Tuesday, January 17, 2006
Cause-related Marketing is on the Rise
While I was watching the Golden Globes last night, L'Oréal showed a series of commercials advertising their Women of Worth campaign, "a grassroots program and award that celebrates, recognizes and supports women who actively help others in their communities". You can nominate a "woman of worth" on their site between now and May 19th. One woman will be chosen from 7 US regions: New England, Mid-Atlantic, Southeast, Midwest, Southwest, Rocky Mountains and Pacific. The winner will receive a $5,000 donation to the cause of their choice in their name, and a matching grant of $5,000 to the Ovarian Cancer Research Fund in their name.
The site also includes a "get involved" page with a list of links to, "Ten Tips for Getting Involved in Your Community:
1. Research the causes or issues important to you.
2. Consider the skills you have to offer
3. Would you like to learn something new?
4. Combine your goals
5. Don't over-commit your schedule
6. Nonprofits may have questions, too.
7. Consider volunteering as a family.
8. Virtual volunteering?
9. I never thought of that!
10. Give voice to your heart through volunteering!
It occurred to me as they repeated this commercial during the night, and apparently it'll be shown again during the Academy Awards, that cause-related marketing is growing.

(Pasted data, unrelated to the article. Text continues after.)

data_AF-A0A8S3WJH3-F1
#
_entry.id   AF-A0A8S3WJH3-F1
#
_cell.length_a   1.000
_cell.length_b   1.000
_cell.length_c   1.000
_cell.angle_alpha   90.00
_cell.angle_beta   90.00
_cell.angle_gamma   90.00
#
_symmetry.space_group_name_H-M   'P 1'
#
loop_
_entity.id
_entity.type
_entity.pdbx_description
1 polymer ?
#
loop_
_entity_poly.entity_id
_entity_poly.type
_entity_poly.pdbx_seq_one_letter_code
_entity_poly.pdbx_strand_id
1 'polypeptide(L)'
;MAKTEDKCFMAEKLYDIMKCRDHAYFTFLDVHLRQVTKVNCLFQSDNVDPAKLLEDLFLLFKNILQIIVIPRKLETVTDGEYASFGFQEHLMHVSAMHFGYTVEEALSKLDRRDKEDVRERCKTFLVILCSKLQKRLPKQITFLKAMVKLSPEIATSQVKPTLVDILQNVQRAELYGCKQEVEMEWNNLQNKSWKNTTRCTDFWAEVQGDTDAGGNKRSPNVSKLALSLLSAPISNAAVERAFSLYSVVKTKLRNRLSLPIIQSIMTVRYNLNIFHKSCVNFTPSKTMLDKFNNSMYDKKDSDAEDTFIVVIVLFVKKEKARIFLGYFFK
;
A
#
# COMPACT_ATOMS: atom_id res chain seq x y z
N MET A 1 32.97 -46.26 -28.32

The Swedish clothing company, H&M, recently opened two stores in downtown San Francisco. I was looking on their web site for their addresses and was struck that one of the top menu options was, "H&M and UNICEF visit Cambodia." Apparently, H&M and UNICEF signed a three-year deal that includes, "an education project for girls in developing countries and a project to prevent the spread of HIV among young people in Cambodia."
This fall, St. John's Knits signed a deal with Angelina Jolie to be, "both the face of St. John the brand, as well as the voice behind a newly-formed charity created in support of children's causes."
I'm wondering if the big budget ad campaign and successful use of high profile celebrities by the ONE campaign, and the success of Live 8 has caused the growth or if it is still a reaction to the nation's conscious or unconscious post-September 11th reflection, "What really matters?" What I do find interesting is the investment in these causes by the corporations, rather than just the placement of their logo on a nonprofits' web site as a sponsor.
Obviously, the bottom line for corporations is to make a profit, but at least some good may come of this trend while it lasts.
women of worth